“It’s not the destination; it’s the journey” – that’s what propels a young couple to take their autistic five year-old son to Mongolia to trek on horseback through the high mountains and down into a valley where, according to mystical tradition, reindeer-herding shamans practice healing rituals.
Rupert Isaacson is a journalist/human rights activist and his wife, Kristin Neff, is a psychology professor. After many years of globe-trotting, they settle in Austin, Texas, where they enjoy a ‘perfect’ life until their son, Rowan, is diagnosed with autism. After two years of countless traditional and alternative treatments and consultations, five year-old Rowan is still unable to communicate coherently, interact with others, control his toilet functions and curb his unpredictable, hours-long outbursts of screaming. But Rowan seems to have a natural affinity for animals, particularly a kinship with horses. Aware that in Mongolia, shamanism is the preferred method of healthcare, Rupert, a former horse trainer, convinces skeptical Kristin that, perhaps, spiritual intervention there can help Rowan – and themselves. And so, in the summer of 2007, their challenging, inspiring, adventurous quest into the remote, rugged wilderness of high tundra begins.
Produced and narrated by Rupert Isaacson, directed and photographed by Michel Orion Scott and edited by Rita K. Sanders. this documentary integrates perceptive commentary from autism experts like Dr. Simon Baron-Cohen (scholarly cousin of comedian Sasha Baron-Cohen) of Cambridge University, anthropologist Roy Richard Grinker of George Washington University, and Dr. Temple Grandin, professor of animal behavior at Colorado State University who herself has autism. While theories on autism’s origins abound, there is no consensus in the medical community on either causes or treatment.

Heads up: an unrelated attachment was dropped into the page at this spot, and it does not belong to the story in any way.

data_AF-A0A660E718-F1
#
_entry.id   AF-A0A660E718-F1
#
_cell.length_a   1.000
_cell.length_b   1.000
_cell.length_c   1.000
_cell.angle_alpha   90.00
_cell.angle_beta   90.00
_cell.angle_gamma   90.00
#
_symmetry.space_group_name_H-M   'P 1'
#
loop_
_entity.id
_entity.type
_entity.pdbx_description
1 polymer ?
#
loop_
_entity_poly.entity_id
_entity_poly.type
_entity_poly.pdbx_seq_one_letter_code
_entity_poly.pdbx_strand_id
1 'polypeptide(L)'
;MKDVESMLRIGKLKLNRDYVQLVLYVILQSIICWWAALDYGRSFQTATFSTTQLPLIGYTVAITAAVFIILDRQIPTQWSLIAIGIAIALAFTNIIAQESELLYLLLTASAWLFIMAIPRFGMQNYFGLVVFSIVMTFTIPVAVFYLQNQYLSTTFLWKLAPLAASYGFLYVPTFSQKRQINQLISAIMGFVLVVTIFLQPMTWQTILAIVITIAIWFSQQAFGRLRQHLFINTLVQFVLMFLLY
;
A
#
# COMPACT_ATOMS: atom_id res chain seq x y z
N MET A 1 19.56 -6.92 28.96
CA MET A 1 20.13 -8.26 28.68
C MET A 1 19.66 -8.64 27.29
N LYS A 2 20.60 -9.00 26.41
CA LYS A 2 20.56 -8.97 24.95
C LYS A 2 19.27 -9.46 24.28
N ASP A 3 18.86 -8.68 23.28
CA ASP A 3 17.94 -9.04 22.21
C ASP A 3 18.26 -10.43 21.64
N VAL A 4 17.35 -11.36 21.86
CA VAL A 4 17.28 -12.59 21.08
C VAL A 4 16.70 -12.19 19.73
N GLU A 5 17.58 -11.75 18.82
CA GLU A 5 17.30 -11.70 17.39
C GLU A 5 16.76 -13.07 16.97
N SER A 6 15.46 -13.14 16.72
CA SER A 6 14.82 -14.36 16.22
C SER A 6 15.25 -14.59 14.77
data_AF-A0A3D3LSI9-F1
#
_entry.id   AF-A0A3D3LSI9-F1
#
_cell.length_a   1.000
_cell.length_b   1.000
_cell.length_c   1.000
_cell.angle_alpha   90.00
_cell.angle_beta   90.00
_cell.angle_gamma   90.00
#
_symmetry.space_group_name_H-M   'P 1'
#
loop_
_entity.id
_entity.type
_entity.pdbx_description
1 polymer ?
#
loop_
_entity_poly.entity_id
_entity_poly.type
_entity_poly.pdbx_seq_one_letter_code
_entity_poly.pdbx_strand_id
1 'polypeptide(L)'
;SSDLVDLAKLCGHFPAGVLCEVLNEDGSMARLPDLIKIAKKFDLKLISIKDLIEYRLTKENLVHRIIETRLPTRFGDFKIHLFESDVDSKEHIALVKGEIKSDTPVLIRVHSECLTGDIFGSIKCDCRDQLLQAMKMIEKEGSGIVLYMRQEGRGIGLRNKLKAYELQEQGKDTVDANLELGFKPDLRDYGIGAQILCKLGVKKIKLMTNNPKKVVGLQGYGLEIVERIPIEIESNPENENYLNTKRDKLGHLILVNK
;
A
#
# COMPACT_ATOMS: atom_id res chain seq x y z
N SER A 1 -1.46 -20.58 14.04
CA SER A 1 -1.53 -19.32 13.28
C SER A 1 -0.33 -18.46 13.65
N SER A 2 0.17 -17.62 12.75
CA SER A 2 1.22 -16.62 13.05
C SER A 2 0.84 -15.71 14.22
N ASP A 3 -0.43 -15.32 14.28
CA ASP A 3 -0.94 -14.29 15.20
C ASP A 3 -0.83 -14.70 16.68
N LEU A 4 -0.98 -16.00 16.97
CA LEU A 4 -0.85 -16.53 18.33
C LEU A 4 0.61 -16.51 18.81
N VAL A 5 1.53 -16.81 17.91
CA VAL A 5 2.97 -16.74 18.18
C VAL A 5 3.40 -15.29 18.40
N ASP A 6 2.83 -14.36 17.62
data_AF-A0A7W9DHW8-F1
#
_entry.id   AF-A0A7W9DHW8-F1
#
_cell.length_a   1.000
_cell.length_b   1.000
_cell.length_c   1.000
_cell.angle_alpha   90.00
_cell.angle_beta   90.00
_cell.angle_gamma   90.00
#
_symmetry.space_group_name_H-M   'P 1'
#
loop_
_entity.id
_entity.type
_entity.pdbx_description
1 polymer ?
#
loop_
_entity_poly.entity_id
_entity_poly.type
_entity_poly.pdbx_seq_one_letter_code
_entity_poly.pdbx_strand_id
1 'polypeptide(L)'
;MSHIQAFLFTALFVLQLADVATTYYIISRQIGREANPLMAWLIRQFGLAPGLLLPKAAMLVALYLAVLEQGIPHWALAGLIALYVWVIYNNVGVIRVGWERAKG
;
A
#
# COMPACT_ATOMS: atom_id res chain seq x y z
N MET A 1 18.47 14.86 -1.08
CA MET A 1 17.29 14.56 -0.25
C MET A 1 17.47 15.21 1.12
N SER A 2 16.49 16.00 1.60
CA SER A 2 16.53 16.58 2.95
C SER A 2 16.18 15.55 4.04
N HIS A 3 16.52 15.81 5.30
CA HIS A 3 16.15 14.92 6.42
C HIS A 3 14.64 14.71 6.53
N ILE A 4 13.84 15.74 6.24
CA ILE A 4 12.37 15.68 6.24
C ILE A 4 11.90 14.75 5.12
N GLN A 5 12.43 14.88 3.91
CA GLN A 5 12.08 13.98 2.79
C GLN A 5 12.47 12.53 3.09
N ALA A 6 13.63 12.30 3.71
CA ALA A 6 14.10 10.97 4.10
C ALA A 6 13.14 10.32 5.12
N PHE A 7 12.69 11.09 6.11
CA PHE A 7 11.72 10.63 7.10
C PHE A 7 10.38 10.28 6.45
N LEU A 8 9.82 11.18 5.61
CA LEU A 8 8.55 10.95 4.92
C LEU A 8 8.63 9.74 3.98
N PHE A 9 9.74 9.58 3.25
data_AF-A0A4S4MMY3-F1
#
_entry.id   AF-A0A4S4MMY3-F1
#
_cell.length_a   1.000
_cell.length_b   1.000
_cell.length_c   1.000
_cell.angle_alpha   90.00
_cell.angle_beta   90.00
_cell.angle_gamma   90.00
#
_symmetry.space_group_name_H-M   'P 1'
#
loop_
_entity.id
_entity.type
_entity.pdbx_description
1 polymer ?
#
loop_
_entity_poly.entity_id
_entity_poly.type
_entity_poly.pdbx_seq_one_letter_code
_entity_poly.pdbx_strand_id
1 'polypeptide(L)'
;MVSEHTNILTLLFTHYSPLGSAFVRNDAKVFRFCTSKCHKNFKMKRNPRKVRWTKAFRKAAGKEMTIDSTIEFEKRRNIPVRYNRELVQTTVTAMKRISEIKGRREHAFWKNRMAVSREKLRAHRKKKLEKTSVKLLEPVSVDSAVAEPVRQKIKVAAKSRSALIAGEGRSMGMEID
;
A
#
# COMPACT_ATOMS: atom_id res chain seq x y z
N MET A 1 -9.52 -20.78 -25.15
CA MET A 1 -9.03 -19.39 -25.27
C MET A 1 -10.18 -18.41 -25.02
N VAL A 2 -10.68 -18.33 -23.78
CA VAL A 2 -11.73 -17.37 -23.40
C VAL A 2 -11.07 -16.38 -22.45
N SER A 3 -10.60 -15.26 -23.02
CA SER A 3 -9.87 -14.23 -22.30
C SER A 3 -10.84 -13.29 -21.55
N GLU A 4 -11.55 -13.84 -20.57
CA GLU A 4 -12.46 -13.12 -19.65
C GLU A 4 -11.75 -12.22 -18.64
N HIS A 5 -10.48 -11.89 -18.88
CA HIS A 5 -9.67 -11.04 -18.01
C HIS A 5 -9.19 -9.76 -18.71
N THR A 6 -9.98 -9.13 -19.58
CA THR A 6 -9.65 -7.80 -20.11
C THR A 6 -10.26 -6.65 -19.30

On the Granger Movie Gauge of 1 to 10, “The Horse Boy” is an inspiring, affirmative 8. Since autism is diagnosed in more children each year than cancer, diabetes, Down syndrome and AIDS combined and it’s estimated that in the U.S. alone, autism cases could reach four million in the next decade, this documentary has extraordinary relevance.